Astronomers determine the length of a day on Venus

Venus is a difficult planet to study, even though it's right next door to Earth. One of the challenges in learning more about Venus is that the planet is covered in a veil of extremely thick clouds, and its surface is blasted with acid rain and temperatures hot enough to liquefy lead. Astronomers have used earth-based observations to learn some of the most fundamental properties of Venus.

Over the last decade and a half, the team of researchers from UCLA has repeatedly bounced radar signals off the surface of Venus. The radar observations have allowed the team to determine the precise length of a day on Venus, the tilt of its axis, and the size of its planetary core. Earth and Venus do have a lot in common, with both being rocky planets of nearly the same size, mass, and density.

However, the way the two planets have evolved is vastly different. One of the fundamental things scientists need to know to understand how the evolutionary history of the planets diverged was how many hours are in a Venusian day. Scientists also note that precise data on the planet was needed because any future landing in temps on the surface can be off by as much as 30 kilometers.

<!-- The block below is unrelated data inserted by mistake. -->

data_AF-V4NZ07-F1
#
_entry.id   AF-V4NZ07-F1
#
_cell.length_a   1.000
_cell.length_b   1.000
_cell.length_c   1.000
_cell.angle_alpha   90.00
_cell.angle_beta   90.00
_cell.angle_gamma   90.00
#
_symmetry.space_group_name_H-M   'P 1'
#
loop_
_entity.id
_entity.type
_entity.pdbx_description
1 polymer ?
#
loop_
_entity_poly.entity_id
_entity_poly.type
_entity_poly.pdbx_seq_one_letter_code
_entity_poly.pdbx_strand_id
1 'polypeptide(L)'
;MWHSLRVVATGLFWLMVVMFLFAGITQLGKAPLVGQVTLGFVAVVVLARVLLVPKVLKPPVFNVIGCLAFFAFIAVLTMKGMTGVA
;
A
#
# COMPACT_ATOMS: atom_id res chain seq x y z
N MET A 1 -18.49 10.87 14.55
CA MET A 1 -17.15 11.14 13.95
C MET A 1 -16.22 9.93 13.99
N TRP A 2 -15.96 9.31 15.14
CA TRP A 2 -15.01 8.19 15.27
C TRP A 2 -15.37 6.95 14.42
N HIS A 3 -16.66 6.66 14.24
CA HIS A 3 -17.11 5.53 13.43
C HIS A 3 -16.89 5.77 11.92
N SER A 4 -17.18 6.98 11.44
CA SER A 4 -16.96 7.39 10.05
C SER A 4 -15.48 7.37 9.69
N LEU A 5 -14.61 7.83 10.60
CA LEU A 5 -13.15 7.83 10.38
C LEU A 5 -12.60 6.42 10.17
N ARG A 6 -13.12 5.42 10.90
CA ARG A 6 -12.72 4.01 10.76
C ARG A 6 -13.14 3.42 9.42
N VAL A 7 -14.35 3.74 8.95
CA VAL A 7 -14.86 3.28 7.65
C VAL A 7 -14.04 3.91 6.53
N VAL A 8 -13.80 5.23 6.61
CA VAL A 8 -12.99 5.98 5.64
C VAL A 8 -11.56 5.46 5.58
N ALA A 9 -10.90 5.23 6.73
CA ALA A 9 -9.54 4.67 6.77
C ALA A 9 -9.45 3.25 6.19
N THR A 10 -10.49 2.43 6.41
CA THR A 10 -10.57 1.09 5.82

Radar measurements show that an average day on Venus lasts 243.0226 Earth days, about two-thirds of a year here on Earth. Another critical bit of knowledge learned is that the rotation rate of Venous is constantly changing. Scientists say the value measured at one time will be a bit larger or smaller than the previous value. The team has estimated the length of the day from each of the individual measurements, and they observed differences of at least 20 minutes.

Researchers say that likely explains why past estimates didn't agree with one another. The heavy atmosphere of Venus is believed to be responsible for the variation. The heavy atmosphere sloshes around the planet, exchanging a lot of momentum with the solid ground speeding up and slowing down the planet's rotation.

Venus tips to one side by precisely 2.6392 degrees, according to the researchers. The measurement is an improvement on previous estimates in terms of accuracy by a factor of 10. Scientists were able to determine the rate of the orientation of Venus's spin axis changes known as precession. On Earth, precession takes about 26,000 years to cycle around one time, while Venus takes about 29,000 years.